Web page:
Esther 4:14, NIV
“And who knows but that you have come to royal position for such a time as this?”
These words from the story of Esther are very often quoted and used to give scriptural affirmation to the purposes of an individual’s life. You will all have heard it said of someone that the purpose of their life was ‘for such a time as this’! It was certainly true of the young woman who became Queen Esther. Her intervention was strategic in saving the Jewish peoples from annihilation.
Today is a special extra national holiday in celebration of the Diamond Jubilee (60 years on the throne) of Queen Elizabeth the Second. There is absolutely no doubt that her presence on the throne of England has been ‘for such a time as this’. But for the abdication of her Uncle, Edward the Eighth, Elizabeth would have lived out her life as a minor royal – a niece of the King – but God had other plans for her life. When her father, King George the Sixth took the throne, in place of his older brother, the course of history was dramatically changed. A godly man became King and carried the nation through the greatest military conflict in the history of the world. And he instilled into his daughter, the new heir to the throne, the very essence of royal service so that even though he passed away in 1952 at a young age, Elizabeth was already well-schooled in the godly responsibilities of serving her peoples Sovereign..
And this she has faithfully done for sixty long, and often difficult, years – years in which, sadly, the western world has largely turned its back on their spiritual history and allowed secular humanism to be the driving force of society, instead of living in godly submission to the living God. In the midst of all this change, however, the Queen has quietly maintained her own personal faith, as was evidenced In her last Christmas message to the Commonwealth, in which she said:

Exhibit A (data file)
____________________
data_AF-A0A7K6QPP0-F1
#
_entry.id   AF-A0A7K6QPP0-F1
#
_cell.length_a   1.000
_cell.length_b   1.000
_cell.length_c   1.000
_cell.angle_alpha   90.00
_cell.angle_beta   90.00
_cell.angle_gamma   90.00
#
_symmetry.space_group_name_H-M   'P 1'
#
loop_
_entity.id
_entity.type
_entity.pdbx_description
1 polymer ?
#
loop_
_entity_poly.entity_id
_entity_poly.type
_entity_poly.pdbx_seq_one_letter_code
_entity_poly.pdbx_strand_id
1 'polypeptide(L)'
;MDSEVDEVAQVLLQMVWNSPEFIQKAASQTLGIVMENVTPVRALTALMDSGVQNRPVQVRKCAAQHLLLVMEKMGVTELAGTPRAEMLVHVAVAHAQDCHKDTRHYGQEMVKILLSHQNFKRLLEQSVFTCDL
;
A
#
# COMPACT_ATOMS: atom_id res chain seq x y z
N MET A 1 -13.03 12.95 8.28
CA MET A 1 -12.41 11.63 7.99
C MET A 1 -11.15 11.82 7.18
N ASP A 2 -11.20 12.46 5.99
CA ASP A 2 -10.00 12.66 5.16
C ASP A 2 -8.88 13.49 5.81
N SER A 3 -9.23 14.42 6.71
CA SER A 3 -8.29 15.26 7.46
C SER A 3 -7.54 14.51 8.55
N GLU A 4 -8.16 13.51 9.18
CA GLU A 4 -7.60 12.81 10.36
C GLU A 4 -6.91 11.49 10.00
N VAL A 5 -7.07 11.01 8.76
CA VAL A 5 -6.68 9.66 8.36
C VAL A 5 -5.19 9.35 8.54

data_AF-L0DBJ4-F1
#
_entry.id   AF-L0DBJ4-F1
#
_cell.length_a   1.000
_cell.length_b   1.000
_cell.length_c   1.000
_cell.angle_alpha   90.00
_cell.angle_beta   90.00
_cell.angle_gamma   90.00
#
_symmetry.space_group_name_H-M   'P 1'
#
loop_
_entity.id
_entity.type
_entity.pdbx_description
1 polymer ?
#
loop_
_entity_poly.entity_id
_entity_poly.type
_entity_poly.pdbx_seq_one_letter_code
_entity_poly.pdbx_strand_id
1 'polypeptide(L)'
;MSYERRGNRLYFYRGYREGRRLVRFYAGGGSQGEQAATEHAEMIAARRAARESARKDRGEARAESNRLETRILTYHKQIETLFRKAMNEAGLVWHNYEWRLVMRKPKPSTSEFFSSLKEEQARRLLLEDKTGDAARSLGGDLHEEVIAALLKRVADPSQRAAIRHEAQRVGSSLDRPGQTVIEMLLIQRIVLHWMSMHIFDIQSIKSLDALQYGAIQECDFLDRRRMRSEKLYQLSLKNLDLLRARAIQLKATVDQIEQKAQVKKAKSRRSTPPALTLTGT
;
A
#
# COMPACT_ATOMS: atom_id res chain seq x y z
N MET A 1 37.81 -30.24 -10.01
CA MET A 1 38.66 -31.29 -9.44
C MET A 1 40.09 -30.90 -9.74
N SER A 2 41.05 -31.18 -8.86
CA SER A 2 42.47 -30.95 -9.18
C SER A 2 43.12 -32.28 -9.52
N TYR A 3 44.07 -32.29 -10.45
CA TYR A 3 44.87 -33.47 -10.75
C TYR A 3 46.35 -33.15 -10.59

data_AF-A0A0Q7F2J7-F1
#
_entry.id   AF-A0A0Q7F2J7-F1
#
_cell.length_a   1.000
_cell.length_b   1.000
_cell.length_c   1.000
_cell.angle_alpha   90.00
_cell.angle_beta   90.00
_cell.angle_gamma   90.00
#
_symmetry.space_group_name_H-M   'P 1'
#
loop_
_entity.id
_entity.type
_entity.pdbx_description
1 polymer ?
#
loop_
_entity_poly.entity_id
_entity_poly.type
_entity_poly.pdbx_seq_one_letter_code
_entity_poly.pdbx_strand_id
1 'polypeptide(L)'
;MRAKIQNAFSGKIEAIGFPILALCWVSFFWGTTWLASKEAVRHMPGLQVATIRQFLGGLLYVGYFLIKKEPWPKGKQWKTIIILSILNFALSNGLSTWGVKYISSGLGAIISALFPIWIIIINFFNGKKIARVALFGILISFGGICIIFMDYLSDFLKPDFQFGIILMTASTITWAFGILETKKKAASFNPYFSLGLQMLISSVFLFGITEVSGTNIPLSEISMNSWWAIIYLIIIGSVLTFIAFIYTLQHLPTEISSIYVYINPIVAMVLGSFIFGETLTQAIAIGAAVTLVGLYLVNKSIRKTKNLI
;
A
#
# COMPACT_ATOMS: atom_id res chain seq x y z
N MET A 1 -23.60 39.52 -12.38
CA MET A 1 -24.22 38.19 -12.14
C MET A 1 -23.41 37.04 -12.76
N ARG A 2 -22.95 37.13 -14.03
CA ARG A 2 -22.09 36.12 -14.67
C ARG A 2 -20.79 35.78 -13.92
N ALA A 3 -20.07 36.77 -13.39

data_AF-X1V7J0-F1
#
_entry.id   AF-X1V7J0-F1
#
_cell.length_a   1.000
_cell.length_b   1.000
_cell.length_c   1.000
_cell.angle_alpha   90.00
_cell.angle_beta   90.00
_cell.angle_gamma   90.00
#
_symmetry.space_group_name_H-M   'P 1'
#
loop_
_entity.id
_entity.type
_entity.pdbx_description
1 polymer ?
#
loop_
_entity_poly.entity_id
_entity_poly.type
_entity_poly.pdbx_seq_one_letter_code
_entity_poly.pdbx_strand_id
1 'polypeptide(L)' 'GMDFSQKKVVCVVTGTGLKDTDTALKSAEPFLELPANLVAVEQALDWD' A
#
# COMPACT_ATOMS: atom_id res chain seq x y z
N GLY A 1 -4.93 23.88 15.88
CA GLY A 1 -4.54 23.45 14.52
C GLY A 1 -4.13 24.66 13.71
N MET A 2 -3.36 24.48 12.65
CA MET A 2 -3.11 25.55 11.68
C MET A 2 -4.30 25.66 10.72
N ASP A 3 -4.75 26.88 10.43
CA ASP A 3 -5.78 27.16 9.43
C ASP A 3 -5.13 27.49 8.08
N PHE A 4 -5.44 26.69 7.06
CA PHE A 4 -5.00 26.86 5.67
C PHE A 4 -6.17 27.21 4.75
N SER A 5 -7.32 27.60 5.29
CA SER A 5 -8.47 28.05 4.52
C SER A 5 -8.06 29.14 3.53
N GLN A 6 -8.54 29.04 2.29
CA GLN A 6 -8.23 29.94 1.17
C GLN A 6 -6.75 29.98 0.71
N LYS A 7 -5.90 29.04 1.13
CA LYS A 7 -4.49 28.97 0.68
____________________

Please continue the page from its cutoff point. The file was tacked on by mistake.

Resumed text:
“God sent into the world a unique person – neither a philosopher nor a general, important though they are, but a Saviour, with the power to forgive. Forgiveness lies at the heart of the Christian faith. It can heal broken families, it can restore friendships and it can reconcile divided communities. It is in forgiveness that we feel the power of God’s love. In the last verse of this beautiful carol, O Little Town of Bethlehem, there’s a prayer:
O Holy Child of Bethlehem,
Descend to us we pray.
Cast out our sin
And enter in.
Be born in us today.
It is my prayer that on this Christmas day we might all find room in our lives for the message of the angels and for the love of God through Christ our Lord. I wish you all a very happy Christmas.”
I listened in stunned amazement as I realised that the Queen had just told the world that she was praying for all who were listening, that they would find room in their lives for the message of the angels and for the love of God through Christ our Lord!
At her Coronation the Queen laid down her sceptre and took off her crown before receiving communion, in recognition of the fact that even though she was now Queen of England, she was still in submission to a higher authority, the King of Kings! I don’t believe there is any doubt that, like Esther, Queen Elizabeth the Second came to royal position for such a time as this. Scripture urges us to pray for those who reign over us. I have no problem in singing the prayerful words of our national anthem in which we ask God to save the Queen, that she may reign long over us!
Prayer: I thank You, Lord, for Queen Elizabeth and pray that you will long preserve her as Queen of her peoples. I thank you for her personal faith in You and ask that You will once again raise up the British peoples to follow her example of trusting in the “Holy Child of Bethlehem”, the risen Lord Jesus Christ. In Jesus’s name, Amen.